"Ah, but the science", or "why should I listen to conspiracy theories?", isn't a good argument when you're dead.
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  #296  
Old 22.06.2021, 16:54
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Re: Conspiracy beliefs on the rise...

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If, for example, significant numbers of people believe there is going to be an imminent and massive hike in tax on of toilet paper, it might be fair to expect that sale of toilet rolls is going to increase as people buy in panic.

Thus an incorrect belief can lead to a real and observable result.

If you want to understand the behaviour of people, of markets and societies, you need to take into account the incorrect theories as well as the correct.

If significant numbers of people believes nazis were going to come from the moon and reconquer the Earth on a given day, and were to gather in a given location and start shooting at random objects in the sky, it might be a good idea to not catch a plane flying over that area on that day.
I'm not sure I have ever written anything that contradicts what you have just written.

On the contrary, it's what makes conspiracy theories so dangerous and why they don't deserve a mainstream platform.

Look what happened with MMR.

I don't have the figures but I wonder how many mothers gave birth to deformed babies due to parents refusing to give their children the MMR vaccine so they missed out on the rubella component of the vaccine.

Even though Wakefield was discredited and stuck off. People still believe the vaccine causes autism to this day.
Or, as someone told me worryingly only the other day, "Of course MMR doesn't cause autism, that's been shown - but it does trigger it"...
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  #297  
Old 22.06.2021, 17:04
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Re: Conspiracy beliefs on the rise...

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On the contrary, it's what makes conspiracy theories so dangerous and why they don't deserve a mainstream platform.
Conspiracy theories don't need a mainstream platform to spread.

But if the counter-arguments fail to engage with the actual arguments of the conspiracy theorists, they are going to fail to overcome them.

The mainstream platforms tend to either ignore conspiracy theories, for fear that talking about them is creating free publicity for them, or otherwise they tend to engage with some caricature or exaggeration or comic summary version of the conspiracy theory, and engage with that instead.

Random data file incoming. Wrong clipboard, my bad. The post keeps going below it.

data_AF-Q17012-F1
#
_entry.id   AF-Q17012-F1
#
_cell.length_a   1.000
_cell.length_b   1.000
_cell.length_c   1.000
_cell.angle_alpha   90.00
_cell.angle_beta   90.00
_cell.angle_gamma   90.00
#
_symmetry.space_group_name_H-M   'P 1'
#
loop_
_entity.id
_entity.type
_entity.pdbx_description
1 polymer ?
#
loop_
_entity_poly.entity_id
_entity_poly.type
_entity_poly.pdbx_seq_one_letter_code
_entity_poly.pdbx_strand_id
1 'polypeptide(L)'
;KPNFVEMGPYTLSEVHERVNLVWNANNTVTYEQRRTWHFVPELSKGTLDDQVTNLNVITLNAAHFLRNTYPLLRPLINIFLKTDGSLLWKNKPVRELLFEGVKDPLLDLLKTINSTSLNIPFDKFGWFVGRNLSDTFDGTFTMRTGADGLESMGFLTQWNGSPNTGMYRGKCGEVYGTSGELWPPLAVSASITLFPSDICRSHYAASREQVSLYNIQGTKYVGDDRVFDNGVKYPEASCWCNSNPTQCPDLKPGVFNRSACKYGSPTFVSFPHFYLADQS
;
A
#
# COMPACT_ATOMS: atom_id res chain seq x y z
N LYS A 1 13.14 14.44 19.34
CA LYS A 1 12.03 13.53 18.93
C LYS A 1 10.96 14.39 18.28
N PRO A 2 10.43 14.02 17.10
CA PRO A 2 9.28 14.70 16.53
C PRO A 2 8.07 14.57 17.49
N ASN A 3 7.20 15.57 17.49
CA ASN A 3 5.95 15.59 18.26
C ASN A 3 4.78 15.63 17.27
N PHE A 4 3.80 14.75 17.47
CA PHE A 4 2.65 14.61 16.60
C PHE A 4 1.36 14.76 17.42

You can't convince people by countering arguments they don't actually believe.

In other words, if you really want to convince people you first of all need to understand what it is they actually believe and why and try to put yourself inside their mind to see where the problem is. I don't really see many people doing this.

This is true not just for conspiracy theories but for almost any type of disagreement. It's why politics is so messed up for example.
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  #298  
Old 22.06.2021, 17:16
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Re: Conspiracy beliefs on the rise...

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Conspiracy theories don't need a mainstream platform to spread.
No, but it certainly helps. I don't find people like F--ing Kite linking to some dark web portal but to Youtube. I don't think you can get more mainstream than Youtube.

Of course you don't need social media at all. The Church in the U.S, for example, appears to be another catalyst for nonsense.


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You can't convince people by countering arguments they don't actually believe.

.
I don't think you can convince some (or most) people at all. The autism one I mentioned when the believer just moved the goal posts in one example.

The creationists have another one when biological anthropologists find the missing link between A and C and call it B, they just carry on and next ask, "But what is the link between A and B)?
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  #299  
Old 22.06.2021, 17:17
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Re: Conspiracy beliefs on the rise...

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If, for example, significant numbers of people believe there is going to be an imminent and massive hike in tax on of toilet paper, it might be fair to expect that sale of toilet rolls is going to increase as people buy in panic.

Thus an incorrect belief can lead to a real and observable result.

If you want to understand the behaviour of people, of markets and societies, you need to take into account the incorrect theories as well as the correct.

If significant numbers of people believed nazis were going to come from the moon and reconquer the Earth on a given day, and were to gather in a given location and start shooting at random objects in the sky, it might be a good idea to avoid catching a plane flying over that area on that day.

"Ah, but the science", or "why should I listen to conspiracy theories?", isn't a good argument when you're dead.
Probably it would be noticed when people start running around with weapons capable of hitting a plane that is 6 miles high.
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Old 22.06.2021, 17:23
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Re: Conspiracy beliefs on the rise...

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Probably it would be noticed when people start running around with weapons capable of hitting a plane that is 6 miles high.
There are locations where planes aren't 6 miles high.

Outside Kloten for example.